Monday, October 1, 2012



That's what I alway say when a person decides to re-read a childhood fave.  Like, I LOVED Little Women for years and years and years.  Jo March inspired me to grow up and write and have only sons.  But when I re-read that book for the first time as an adult (about 15 years ago), I was sooooo disappointed.  It's just blah blah blah one Sunday School lesson after another and Marmee Dear is seriously no fun at all.

I've talked about this here before, right?  So now not only am I repeating myself in real life, I'm repeating myself on my blog.  There is no hope for me.  None.


I ignored my own advice and have been listening to HEIDI, and I'm still enchanted.  Yes, the child Heidi is too good to be true.  Yes, the governess (aptly named Frauline Rottenmeier) it too mean to be true.  And yes, there are little moral lessons lurking everywhere.  Also, I have to laugh whenever the reader (a man) does his Heidi voice, especially when he does his Heidi voice when Heidi is talking to the goats.

"Oh, don't bleat so little Schneeflocke!"  

But the love of the natural world and all its beauties is so real, so profound in that little book that I want to be there on the mountainside drinking milk and eating cheese with Heidi and Peter--just like I did when I read that book as an eight year-old girl.  Kind of nice.


Emily said...

This was my FAVORITE book when I was a little girl. I believe it is this book that turned me into the avid hiker/outdoors-person that I have become. I was entranced by Heidi's Alps and encouraged by her faith.

I have read this as an adult several times, albeit, outloud to my son and daughters and still love it. I think it holds up well.

A recent re-read attempt of ANNE OF GREEN GABLES, however, was VERY disappointing. So, I definitely know what you mean.

Lisa B. said...

I have been thinking about Heidi! I had it in a set of brown leather(ette) bound books when I was a kid, with watercolor illustrations. I have wondered how it would hold up. So nice to hear that for you it has!

I still find Little Women lovely--did you ever read March? I like all the layers that intervening interpretations have overlain on it. I will forever now think of Marmee as Susan Sarandon, for instance, and also that she is secretly hot underneath all her sermonizing. And a feminist. Etcetera. Also: Professor Baer? is Gabriel Byrne, so also hot! The hotness abounds! (Laurie = the young Christian Bale!) Nope, Little Women = feminist hotness, and you can't tell me different.

CSIowa said...

I never could get very far into Little Women, for all I kept having people tell me I should read it and would love it. No, thank you.

I am 8 chapters from the end of an Anne of Green Gables read-aloud with my 11-year-old son and 7-year-old daughter. They are both loving it, and I am quite pleased with it myself. The first chapter's description of Marilla was more brilliant than I ever could have appreciated as a young girl. It made me more enthusiastic than I've been in a long while to read aloud to my children.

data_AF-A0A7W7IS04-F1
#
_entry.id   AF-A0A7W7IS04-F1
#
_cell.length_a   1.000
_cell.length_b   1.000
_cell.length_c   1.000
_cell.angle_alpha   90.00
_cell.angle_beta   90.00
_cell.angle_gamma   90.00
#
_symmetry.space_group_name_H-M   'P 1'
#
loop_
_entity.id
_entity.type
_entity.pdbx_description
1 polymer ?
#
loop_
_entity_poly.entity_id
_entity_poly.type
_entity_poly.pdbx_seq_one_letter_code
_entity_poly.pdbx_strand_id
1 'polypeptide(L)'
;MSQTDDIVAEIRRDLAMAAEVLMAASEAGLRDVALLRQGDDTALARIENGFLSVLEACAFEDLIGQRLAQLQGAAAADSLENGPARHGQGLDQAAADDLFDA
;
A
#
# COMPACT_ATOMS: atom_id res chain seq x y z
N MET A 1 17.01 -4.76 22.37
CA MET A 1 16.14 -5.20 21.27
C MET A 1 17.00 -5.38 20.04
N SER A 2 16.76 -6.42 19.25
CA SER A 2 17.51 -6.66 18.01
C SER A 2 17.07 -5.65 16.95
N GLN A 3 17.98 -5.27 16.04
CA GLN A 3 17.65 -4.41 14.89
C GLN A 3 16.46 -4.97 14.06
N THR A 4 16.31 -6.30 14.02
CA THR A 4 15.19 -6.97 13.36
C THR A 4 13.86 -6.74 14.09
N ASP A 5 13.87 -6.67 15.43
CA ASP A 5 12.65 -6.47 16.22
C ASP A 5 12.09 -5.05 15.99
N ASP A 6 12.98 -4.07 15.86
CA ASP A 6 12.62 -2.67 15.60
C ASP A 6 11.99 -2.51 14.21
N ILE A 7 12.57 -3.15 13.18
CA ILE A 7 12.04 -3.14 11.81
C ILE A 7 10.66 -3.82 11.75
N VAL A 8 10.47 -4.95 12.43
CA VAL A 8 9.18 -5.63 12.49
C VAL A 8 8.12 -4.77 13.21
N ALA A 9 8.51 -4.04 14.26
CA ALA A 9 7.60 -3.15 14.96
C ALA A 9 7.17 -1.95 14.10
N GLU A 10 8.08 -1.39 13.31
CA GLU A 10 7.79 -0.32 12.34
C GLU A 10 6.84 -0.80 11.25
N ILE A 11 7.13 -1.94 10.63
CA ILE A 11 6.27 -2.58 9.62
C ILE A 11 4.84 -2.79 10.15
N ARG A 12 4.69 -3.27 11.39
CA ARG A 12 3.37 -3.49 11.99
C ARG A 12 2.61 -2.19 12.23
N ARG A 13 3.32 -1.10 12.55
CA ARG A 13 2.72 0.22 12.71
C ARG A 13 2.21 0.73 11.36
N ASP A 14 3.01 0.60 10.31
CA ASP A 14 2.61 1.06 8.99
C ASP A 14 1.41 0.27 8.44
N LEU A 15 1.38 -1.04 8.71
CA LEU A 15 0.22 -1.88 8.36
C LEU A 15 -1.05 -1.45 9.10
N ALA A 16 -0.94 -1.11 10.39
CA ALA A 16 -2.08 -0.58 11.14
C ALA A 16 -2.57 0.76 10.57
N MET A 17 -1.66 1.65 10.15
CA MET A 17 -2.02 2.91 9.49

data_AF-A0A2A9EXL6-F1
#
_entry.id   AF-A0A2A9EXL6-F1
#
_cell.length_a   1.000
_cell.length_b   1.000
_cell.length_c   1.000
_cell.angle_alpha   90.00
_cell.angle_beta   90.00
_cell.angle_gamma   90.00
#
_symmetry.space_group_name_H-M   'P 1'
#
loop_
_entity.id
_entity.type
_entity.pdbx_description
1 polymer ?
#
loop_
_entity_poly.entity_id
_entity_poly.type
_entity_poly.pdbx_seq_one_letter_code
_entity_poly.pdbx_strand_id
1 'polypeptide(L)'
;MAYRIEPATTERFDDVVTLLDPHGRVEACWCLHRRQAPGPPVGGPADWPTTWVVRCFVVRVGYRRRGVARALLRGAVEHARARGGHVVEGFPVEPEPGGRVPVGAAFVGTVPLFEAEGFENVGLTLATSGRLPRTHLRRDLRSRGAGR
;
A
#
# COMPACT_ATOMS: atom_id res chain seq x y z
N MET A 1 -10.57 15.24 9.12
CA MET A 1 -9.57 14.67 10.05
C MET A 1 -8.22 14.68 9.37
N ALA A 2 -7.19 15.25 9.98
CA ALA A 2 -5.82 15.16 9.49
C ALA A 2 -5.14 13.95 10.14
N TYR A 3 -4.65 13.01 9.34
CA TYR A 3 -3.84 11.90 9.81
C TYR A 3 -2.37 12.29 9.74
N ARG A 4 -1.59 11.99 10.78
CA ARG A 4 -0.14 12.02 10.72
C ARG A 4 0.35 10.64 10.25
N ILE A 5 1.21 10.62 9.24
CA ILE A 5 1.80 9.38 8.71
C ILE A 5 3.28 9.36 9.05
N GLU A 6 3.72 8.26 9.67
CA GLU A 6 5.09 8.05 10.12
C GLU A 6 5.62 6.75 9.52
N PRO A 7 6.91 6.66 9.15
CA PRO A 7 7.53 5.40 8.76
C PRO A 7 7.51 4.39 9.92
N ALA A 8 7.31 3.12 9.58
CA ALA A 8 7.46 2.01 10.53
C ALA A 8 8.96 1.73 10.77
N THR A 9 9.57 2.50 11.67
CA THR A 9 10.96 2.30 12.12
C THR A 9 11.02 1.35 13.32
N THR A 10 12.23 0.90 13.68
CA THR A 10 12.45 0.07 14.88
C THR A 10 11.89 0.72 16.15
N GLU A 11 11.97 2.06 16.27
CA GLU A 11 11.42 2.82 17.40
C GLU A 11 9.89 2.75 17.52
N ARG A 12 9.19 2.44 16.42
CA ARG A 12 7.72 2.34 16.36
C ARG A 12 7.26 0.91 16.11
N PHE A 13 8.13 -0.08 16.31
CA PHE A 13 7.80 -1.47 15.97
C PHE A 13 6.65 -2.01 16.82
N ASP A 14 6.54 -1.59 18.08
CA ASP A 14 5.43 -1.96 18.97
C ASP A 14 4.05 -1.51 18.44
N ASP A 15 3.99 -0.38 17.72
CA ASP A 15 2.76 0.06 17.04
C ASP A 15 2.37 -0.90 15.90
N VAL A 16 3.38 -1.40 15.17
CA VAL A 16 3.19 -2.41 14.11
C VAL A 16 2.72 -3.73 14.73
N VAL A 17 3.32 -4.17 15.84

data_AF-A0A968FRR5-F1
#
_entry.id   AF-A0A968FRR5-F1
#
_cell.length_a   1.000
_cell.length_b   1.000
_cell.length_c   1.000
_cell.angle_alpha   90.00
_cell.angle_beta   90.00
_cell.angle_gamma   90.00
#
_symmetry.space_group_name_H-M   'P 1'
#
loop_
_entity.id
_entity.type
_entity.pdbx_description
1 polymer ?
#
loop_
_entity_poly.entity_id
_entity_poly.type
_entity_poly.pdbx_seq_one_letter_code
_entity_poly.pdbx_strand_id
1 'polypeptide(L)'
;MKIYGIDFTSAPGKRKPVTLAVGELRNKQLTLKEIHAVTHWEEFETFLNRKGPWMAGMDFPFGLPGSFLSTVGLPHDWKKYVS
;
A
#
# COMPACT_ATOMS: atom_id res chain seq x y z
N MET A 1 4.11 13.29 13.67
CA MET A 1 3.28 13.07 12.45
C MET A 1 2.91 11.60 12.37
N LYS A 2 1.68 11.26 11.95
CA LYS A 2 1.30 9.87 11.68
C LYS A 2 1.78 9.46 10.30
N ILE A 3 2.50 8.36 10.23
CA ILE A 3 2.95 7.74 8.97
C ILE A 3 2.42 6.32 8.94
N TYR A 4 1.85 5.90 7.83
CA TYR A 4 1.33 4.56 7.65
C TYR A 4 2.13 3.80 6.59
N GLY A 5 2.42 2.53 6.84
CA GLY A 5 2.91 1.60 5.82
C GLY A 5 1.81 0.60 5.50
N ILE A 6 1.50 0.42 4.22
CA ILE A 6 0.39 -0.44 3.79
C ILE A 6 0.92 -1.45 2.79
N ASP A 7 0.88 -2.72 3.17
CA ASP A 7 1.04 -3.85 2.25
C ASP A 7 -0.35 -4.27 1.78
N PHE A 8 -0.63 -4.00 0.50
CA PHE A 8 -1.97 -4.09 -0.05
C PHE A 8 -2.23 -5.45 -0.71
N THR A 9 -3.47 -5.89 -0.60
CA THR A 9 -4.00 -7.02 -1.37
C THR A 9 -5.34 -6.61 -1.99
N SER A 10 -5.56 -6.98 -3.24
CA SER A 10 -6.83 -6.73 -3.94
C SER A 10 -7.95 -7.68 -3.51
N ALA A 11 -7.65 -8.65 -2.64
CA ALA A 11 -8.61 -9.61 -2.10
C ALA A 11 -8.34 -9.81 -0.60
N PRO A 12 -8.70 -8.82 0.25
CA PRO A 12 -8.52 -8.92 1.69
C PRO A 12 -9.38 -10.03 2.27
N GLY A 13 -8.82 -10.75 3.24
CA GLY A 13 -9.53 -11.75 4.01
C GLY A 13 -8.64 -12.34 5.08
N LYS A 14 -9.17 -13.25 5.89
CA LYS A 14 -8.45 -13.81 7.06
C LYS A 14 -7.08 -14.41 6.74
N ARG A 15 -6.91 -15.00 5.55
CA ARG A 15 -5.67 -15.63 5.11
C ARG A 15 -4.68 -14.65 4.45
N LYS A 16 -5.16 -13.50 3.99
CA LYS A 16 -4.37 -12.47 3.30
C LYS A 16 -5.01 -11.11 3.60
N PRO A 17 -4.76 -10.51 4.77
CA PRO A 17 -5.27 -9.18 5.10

To each her own, I guess. These days I'm happy when what I'm reading is not my tax textbook.

BBB said...

I totally know what you're talking about!!! I always am a little afraid of re-reading books that I loved when I was younger.

I first experienced the let down with the DARK IS RISING series.
That series seriously got me reading (I hated reading b4 those books). I recently re-read the first couple books in the series. So depressing. Ugh.

Same thing with A WRINKLE IN TIME. I'm tempted to re-read it a third time to see if it's really true.

James said...

Books I have read multipile times that I liked, but then I didn't:

The Sun Also Rises
The Scarlett Letter

Books I have read multiple times, but which I have not yet grown tired of:

Catcher in the Rye
Cat's Cradle
Amazing Gracie
Juliet Naked
A Long Way Down
Huckleberry Finn

Emma said...

I'll have to tell you my "Heidi" story some time. My Mom read it to us out loud each night for a month when I was about 9 years old. At the end, everyone remembers and will attest to the scene I made. One of those, pull on your hair, stomp your feet in fury scenes. I've never read it since, but now I think I will read it to my own daughters....I wonder how they'll handle the ending...if they do a repeat of my youth, I must remember to get it on video.

SWILUA said...

It's funny... I read Heidi as a kid, and the one enduring memory I have of it (I literally remember NOTHING else in the story) is Heidi and Peter taking a chunk of cheese and eating it for lunch on the mountain. So novel! Eating cheese all by itself! I guess authors can preach at us all we want and it won't hurt us; we'll only remember the stuff we remember. In this case, it was the one thing in the book that surprised me so much that I thought and thought and thought about it for a very long time. Still think about it, actually. Every time I eat a chunk of cheese.